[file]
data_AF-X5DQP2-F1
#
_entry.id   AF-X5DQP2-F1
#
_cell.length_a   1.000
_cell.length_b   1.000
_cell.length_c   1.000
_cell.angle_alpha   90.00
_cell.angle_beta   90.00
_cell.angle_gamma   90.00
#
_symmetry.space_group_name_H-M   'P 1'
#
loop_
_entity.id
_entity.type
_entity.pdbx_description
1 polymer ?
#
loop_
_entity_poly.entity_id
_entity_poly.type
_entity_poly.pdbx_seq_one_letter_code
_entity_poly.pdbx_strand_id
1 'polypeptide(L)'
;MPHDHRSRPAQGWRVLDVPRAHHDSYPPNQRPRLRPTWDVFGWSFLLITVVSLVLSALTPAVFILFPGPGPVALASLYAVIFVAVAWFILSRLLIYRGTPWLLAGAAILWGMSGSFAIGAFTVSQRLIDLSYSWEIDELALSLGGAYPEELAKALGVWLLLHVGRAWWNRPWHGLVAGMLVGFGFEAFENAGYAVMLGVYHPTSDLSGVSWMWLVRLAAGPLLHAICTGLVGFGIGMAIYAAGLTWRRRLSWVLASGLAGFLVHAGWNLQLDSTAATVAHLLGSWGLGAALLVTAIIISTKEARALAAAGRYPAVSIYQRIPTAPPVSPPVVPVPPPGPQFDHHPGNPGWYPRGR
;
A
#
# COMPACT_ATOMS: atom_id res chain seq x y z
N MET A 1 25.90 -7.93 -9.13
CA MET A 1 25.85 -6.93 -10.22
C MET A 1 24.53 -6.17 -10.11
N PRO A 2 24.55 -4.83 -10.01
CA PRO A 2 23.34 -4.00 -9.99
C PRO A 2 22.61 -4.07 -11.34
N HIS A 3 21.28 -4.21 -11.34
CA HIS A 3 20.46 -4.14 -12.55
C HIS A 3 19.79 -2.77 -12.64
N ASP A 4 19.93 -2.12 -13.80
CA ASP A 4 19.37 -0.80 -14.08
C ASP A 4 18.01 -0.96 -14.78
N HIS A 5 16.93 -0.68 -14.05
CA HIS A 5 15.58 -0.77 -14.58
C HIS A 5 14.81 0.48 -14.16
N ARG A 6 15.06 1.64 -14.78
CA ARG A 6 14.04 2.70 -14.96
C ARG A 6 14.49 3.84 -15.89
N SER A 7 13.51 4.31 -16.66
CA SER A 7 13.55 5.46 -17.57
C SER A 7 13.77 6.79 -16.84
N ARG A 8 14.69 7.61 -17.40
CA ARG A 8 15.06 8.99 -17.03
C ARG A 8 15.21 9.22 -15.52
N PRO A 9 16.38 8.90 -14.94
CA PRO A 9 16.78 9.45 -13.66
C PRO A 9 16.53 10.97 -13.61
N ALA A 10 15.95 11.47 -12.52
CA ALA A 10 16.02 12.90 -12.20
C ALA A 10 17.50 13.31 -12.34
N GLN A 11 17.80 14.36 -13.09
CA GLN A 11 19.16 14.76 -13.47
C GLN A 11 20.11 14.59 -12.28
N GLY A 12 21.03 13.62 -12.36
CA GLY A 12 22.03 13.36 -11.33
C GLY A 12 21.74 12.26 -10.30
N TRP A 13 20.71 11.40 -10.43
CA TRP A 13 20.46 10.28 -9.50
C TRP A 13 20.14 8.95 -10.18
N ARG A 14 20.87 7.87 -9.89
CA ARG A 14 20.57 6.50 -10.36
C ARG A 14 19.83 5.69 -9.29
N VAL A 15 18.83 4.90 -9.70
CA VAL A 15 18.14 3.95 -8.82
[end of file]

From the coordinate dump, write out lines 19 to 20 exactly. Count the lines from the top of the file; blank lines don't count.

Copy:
#
loop_